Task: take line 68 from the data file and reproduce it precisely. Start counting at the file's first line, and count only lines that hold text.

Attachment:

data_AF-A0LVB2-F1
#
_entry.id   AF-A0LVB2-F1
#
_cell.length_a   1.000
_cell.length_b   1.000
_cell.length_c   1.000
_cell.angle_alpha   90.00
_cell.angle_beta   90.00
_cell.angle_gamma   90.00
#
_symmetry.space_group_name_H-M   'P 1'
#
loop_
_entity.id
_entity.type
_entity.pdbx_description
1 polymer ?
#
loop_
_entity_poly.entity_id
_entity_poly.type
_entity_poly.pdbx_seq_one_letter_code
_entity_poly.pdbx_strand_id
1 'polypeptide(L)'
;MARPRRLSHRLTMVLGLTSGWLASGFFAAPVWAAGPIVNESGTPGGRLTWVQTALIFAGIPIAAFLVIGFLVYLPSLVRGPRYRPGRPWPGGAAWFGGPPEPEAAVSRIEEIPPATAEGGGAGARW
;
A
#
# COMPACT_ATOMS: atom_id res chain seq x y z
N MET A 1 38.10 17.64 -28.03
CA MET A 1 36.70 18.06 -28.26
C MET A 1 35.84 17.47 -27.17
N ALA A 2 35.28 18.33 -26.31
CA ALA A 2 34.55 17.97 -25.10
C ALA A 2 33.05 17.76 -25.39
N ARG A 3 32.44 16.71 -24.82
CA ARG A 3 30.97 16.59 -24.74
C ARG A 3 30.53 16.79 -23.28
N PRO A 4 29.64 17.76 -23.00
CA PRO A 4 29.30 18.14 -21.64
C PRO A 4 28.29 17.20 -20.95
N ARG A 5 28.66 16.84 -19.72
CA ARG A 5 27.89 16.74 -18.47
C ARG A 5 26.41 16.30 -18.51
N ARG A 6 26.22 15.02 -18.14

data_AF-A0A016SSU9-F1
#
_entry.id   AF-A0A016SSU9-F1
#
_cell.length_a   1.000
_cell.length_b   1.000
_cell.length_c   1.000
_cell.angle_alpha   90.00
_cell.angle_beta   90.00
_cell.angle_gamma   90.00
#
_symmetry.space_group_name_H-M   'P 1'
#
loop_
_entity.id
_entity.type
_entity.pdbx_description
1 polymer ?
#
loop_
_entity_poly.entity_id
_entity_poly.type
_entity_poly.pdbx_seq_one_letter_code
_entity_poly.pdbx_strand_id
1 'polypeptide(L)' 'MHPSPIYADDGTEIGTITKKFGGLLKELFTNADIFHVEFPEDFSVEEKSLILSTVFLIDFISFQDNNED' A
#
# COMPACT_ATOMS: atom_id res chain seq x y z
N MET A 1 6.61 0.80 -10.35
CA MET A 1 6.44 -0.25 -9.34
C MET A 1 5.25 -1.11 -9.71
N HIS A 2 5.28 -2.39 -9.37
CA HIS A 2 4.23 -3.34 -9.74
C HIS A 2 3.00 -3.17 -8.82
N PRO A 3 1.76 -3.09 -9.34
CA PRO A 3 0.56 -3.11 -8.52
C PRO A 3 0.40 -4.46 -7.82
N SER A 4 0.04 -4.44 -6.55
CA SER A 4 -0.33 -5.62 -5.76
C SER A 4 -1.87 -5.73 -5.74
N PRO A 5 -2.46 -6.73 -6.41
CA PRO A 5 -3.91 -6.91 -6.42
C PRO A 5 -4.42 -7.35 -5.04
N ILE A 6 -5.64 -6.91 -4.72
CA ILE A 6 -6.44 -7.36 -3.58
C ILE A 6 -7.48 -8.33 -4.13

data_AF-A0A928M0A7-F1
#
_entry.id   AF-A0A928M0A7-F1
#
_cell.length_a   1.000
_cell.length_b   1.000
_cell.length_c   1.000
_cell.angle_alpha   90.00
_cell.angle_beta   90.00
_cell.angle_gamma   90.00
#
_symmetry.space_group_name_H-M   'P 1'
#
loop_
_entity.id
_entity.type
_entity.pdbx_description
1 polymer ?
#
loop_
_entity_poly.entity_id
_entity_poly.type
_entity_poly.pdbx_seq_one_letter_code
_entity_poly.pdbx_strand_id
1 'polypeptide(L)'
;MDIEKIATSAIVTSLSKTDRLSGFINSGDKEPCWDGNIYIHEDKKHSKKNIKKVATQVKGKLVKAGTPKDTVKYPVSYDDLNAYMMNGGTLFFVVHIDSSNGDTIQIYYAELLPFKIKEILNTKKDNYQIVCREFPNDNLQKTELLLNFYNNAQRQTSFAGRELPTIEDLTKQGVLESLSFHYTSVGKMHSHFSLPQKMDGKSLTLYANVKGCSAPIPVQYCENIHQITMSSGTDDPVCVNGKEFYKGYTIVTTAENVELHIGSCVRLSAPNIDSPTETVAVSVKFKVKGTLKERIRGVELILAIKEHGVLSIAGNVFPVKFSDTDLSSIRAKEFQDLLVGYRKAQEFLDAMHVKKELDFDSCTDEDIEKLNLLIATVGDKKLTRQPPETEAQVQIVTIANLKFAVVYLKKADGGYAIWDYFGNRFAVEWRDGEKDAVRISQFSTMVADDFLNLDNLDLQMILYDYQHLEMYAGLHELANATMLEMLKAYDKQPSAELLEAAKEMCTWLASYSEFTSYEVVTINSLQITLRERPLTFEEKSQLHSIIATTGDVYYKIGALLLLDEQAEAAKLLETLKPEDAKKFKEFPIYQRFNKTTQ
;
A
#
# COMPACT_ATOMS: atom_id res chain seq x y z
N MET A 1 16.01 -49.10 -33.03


_entity_poly.type